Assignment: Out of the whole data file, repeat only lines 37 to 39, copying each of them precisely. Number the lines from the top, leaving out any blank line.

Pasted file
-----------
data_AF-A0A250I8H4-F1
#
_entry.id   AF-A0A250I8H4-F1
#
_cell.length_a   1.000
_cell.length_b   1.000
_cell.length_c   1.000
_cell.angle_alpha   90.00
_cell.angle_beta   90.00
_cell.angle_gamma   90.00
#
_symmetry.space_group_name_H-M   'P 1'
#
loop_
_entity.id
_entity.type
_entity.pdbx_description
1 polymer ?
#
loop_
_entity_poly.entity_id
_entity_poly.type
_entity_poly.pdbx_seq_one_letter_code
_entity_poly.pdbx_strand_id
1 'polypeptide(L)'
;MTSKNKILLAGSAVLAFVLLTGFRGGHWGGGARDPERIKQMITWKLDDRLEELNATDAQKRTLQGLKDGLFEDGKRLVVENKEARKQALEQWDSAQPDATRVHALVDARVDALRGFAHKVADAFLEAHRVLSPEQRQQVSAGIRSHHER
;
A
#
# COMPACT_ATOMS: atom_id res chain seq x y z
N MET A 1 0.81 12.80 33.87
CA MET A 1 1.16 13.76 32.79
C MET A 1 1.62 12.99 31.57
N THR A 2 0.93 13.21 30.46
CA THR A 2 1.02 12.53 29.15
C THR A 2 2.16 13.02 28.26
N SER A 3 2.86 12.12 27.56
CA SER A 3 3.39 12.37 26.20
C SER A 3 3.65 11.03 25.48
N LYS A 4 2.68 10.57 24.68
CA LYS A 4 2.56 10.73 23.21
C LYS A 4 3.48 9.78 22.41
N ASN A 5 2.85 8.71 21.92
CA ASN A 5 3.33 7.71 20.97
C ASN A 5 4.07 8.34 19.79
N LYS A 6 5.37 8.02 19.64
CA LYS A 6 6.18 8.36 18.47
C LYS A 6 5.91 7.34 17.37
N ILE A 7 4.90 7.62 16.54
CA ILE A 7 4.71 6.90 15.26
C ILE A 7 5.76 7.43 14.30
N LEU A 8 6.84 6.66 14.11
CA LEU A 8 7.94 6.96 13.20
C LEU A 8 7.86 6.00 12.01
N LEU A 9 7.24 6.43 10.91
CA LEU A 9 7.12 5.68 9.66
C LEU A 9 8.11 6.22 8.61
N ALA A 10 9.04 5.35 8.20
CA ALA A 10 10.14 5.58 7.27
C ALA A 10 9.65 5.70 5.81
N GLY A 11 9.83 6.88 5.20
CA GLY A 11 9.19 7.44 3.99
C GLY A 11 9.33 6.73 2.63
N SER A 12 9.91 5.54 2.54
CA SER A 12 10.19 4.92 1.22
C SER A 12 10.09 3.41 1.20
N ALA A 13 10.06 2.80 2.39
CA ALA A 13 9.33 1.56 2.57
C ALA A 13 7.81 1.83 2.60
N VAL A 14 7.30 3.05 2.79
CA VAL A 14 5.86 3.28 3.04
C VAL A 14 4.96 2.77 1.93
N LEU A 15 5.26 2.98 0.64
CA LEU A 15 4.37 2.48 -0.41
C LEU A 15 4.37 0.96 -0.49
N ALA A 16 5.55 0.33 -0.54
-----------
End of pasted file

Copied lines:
N SER A 3 2.86 12.12 27.56
CA SER A 3 3.39 12.37 26.20
C SER A 3 3.65 11.03 25.48